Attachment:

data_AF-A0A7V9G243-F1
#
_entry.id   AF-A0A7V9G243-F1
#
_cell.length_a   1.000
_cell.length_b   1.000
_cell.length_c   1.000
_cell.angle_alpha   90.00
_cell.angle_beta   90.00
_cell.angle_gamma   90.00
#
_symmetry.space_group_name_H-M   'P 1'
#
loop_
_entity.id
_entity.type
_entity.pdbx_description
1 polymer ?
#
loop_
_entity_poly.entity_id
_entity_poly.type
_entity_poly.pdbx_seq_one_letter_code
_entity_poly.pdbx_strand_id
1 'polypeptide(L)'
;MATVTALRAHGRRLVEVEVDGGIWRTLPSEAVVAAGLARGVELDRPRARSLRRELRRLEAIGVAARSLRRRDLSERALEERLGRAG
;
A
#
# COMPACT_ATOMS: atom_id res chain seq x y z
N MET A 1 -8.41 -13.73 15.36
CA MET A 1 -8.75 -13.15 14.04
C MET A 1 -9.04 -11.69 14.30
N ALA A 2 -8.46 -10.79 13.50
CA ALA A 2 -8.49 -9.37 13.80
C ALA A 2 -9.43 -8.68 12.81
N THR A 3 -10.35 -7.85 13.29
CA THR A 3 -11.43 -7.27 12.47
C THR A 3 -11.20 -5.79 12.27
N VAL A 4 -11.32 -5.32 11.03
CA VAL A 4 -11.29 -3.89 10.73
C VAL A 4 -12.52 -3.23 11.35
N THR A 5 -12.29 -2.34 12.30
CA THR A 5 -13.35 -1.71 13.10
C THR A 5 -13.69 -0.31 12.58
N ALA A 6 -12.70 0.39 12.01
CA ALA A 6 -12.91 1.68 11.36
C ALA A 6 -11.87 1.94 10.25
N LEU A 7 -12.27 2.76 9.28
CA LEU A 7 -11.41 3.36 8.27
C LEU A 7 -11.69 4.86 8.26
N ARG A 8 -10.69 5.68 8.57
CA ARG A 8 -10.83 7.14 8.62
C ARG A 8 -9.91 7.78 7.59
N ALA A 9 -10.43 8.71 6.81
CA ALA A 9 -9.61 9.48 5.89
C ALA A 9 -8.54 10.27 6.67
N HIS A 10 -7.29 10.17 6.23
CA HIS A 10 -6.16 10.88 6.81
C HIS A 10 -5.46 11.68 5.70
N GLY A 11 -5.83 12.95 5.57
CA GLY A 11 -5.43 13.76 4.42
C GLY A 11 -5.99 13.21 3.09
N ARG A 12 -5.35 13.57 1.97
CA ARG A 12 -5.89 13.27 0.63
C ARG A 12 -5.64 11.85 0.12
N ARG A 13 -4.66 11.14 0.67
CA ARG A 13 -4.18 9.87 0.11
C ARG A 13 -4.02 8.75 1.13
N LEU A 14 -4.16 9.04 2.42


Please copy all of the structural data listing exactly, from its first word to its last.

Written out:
data_AF-A0A7V9G243-F1
#
_entry.id   AF-A0A7V9G243-F1
#
_cell.length_a   1.000
_cell.length_b   1.000
_cell.length_c   1.000
_cell.angle_alpha   90.00
_cell.angle_beta   90.00
_cell.angle_gamma   90.00
#
_symmetry.space_group_name_H-M   'P 1'
#
loop_
_entity.id
_entity.type
_entity.pdbx_description
1 polymer ?
#
loop_
_entity_poly.entity_id
_entity_poly.type
_entity_poly.pdbx_seq_one_letter_code
_entity_poly.pdbx_strand_id
1 'polypeptide(L)'
;MATVTALRAHGRRLVEVEVDGGIWRTLPSEAVVAAGLARGVELDRPRARSLRRELRRLEAIGVAARSLRRRDLSERALEERLGRAG
;
A
#
# COMPACT_ATOMS: atom_id res chain seq x y z
N MET A 1 -8.41 -13.73 15.36
CA MET A 1 -8.75 -13.15 14.04
C MET A 1 -9.04 -11.69 14.30
N ALA A 2 -8.46 -10.79 13.50
CA ALA A 2 -8.49 -9.37 13.80
C ALA A 2 -9.43 -8.68 12.81
N THR A 3 -10.35 -7.85 13.29
CA THR A 3 -11.43 -7.27 12.47
C THR A 3 -11.20 -5.79 12.27
N VAL A 4 -11.32 -5.32 11.03
CA VAL A 4 -11.29 -3.89 10.73
C VAL A 4 -12.52 -3.23 11.35
N THR A 5 -12.29 -2.34 12.30
CA THR A 5 -13.35 -1.71 13.10
C THR A 5 -13.69 -0.31 12.58
N ALA A 6 -12.70 0.39 12.01
CA ALA A 6 -12.91 1.68 11.36
C ALA A 6 -11.87 1.94 10.25
N LEU A 7 -12.27 2.76 9.28
CA LEU A 7 -11.41 3.36 8.27
C LEU A 7 -11.69 4.86 8.26
N ARG A 8 -10.69 5.68 8.57
CA ARG A 8 -10.83 7.14 8.62
C ARG A 8 -9.91 7.78 7.59
N ALA A 9 -10.43 8.71 6.81
CA ALA A 9 -9.61 9.48 5.89
C ALA A 9 -8.54 10.27 6.67
N HIS A 10 -7.29 10.17 6.23
CA HIS A 10 -6.16 10.88 6.81
C HIS A 10 -5.46 11.68 5.70
N GLY A 11 -5.83 12.95 5.57
CA GLY A 11 -5.43 13.76 4.42
C GLY A 11 -5.99 13.21 3.09
N ARG A 12 -5.35 13.57 1.97
CA ARG A 12 -5.89 13.27 0.63
C ARG A 12 -5.64 11.85 0.12
N ARG A 13 -4.66 11.14 0.67
CA ARG A 13 -4.18 9.87 0.11
C ARG A 13 -4.02 8.75 1.13
N LEU A 14 -4.16 9.04 2.42